The last buses will pull out of the District's Greyhound Bus Terminal on Aug. 4, leaving empty the 47-year-old Art Deco landmark that has been termed the "Ellis Island of Washington," Greyhound Lines Inc. officials announced yesterday.

Greyhound, which has received temporary government approval for its proposed $80 million acquisition of Trailways Lines Inc., plans to move its bus service to the Trailways terminal at First and L streets NE, near Washington Union Station, a spokesman said.

Greyhound plans to operate buses under the Trailways and Greyhound names, with no cuts in service, said David W. Batchelor, president of the company's eastern division.

The company has not determined how many terminal jobs will be cut because of the local consolidation, Batchelor said. The two terminals employ about 55 people. About a dozen maintenance jobs will be cut when Greyhound combines the two local maintenance operations, which employ 97, he said.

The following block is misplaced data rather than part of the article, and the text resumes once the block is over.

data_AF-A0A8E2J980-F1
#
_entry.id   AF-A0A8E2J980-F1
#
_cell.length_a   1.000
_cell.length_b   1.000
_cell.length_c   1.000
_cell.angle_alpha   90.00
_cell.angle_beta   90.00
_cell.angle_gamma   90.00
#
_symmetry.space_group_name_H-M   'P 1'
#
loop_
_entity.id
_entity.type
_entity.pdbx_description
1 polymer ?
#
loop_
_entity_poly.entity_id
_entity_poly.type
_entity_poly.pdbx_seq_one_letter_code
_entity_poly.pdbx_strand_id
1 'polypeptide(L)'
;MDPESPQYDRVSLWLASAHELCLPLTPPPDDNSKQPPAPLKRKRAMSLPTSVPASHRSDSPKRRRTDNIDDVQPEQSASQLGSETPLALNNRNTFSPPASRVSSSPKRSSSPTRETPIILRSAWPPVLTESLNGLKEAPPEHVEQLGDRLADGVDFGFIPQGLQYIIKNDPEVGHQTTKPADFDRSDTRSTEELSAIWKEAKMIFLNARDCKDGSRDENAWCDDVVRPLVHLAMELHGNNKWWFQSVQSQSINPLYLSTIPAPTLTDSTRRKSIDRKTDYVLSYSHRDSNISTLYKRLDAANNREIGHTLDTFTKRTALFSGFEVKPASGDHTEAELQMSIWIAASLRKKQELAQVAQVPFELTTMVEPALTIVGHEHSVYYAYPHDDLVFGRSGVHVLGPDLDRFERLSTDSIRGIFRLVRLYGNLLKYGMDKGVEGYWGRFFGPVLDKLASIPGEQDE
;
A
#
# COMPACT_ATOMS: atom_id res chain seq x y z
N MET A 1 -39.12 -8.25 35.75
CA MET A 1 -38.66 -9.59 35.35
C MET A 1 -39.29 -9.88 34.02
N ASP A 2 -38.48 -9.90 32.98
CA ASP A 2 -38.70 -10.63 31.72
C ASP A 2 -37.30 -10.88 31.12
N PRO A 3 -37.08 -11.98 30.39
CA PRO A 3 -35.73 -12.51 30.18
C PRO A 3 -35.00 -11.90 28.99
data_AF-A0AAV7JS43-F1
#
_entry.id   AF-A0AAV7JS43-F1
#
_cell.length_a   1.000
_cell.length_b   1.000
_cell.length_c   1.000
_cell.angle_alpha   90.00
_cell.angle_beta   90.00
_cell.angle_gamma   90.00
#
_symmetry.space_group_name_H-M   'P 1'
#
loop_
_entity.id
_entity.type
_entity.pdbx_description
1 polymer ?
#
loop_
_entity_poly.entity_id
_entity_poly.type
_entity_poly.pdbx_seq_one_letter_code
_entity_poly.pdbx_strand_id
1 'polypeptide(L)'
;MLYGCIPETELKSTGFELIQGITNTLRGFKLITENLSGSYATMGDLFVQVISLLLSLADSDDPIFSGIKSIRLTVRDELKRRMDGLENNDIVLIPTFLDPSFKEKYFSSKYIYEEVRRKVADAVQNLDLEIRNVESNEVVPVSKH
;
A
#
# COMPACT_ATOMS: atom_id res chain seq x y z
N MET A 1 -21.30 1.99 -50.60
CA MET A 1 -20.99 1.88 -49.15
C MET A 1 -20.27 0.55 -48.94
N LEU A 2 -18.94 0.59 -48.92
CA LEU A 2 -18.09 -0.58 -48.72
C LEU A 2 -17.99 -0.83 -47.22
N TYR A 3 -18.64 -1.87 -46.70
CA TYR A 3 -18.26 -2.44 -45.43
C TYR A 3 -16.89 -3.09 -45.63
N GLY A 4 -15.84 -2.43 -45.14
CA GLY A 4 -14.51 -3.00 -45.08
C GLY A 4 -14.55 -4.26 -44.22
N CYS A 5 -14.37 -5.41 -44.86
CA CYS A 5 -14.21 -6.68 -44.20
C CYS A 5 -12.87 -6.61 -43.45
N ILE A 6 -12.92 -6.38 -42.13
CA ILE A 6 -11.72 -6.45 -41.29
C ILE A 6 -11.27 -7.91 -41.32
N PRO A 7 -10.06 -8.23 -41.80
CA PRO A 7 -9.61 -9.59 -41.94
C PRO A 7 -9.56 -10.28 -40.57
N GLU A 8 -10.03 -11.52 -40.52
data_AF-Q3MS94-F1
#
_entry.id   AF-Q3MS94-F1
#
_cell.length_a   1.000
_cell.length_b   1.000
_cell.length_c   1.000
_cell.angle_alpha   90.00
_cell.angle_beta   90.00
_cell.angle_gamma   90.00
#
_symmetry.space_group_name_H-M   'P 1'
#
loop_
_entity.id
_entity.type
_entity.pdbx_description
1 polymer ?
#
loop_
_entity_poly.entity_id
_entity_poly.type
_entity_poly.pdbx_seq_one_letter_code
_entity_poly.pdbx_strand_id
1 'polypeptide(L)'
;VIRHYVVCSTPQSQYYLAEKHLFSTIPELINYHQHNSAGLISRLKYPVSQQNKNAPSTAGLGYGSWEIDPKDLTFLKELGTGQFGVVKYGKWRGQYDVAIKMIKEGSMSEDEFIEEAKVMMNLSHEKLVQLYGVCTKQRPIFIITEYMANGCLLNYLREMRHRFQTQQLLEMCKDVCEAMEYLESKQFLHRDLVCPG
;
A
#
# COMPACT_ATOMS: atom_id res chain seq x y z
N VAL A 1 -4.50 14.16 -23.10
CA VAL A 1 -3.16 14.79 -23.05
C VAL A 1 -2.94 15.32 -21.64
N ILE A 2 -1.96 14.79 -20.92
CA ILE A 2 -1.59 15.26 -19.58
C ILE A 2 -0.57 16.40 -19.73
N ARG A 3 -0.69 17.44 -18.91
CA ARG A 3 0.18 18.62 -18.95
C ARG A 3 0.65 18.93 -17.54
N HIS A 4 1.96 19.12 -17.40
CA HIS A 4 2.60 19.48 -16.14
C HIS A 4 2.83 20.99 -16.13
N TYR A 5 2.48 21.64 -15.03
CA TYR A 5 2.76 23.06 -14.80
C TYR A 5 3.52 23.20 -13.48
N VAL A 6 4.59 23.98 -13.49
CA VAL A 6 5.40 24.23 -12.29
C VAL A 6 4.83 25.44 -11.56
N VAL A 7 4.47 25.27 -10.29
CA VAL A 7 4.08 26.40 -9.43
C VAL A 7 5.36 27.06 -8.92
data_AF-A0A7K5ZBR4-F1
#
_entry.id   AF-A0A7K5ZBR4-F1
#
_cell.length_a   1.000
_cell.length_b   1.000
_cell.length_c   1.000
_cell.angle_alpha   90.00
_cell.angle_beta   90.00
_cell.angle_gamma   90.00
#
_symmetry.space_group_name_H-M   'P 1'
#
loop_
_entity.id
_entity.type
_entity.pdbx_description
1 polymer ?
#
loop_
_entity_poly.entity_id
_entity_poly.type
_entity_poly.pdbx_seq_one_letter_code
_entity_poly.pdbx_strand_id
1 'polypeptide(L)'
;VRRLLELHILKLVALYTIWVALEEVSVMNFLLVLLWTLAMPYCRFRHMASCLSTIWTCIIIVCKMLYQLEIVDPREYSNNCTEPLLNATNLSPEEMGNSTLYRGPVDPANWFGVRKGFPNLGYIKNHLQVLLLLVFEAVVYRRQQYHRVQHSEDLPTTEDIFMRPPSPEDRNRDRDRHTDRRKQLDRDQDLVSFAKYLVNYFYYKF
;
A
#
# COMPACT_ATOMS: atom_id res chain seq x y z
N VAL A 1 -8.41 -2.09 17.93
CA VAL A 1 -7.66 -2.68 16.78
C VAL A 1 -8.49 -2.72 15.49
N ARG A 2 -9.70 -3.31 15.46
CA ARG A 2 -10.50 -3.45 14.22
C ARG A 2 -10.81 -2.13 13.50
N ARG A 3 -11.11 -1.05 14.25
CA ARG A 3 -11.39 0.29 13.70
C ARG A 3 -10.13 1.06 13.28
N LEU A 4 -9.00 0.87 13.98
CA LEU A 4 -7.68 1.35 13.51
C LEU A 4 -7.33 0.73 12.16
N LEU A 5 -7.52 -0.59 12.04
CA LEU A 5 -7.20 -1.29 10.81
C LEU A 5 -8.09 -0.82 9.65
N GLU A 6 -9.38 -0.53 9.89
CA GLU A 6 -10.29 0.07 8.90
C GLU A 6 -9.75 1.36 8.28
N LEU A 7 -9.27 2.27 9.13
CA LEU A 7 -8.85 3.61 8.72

The Greyhound terminal, a registered historic landmark, may serve as the foundation for a 12-story office building on the site, 12th Street and New York Avenue NW, according to the plans of Carlyle Associates, the New York real estate developer that owns the building.

Greyhound sold the property, situated in the booming real estate market surrounding the Washington Convention Center, to Carlyle and a local developer, Michael Hadid, in 1985 for $21 million. Greyhound, owned by GLI Acquisition Co. of Dallas, has leased the terminal since then, but said last year that it planned to move.

Carlyle, which later purchased Hadid's share, is considering plans for an office and retail complex that would incorporate elements of the building's original Art Deco facade, which was covered in 1976 by aluminum and cement, said Christopher Collins, an attorney for the developer.

The station, called the "Grand Central" of the motor bus world when it opened in 1940, was one of several Greyhound bus stations designed in the 1930s and '40s by architect William S. Arrasmith.

The Art Deco Society of Washington and the D.C. Preservation League fought for the building to be declared a landmark, despite its current exterior.

Because of the landmark status, any building plans would have to be reviewed by the D.C. Preservation Review Board.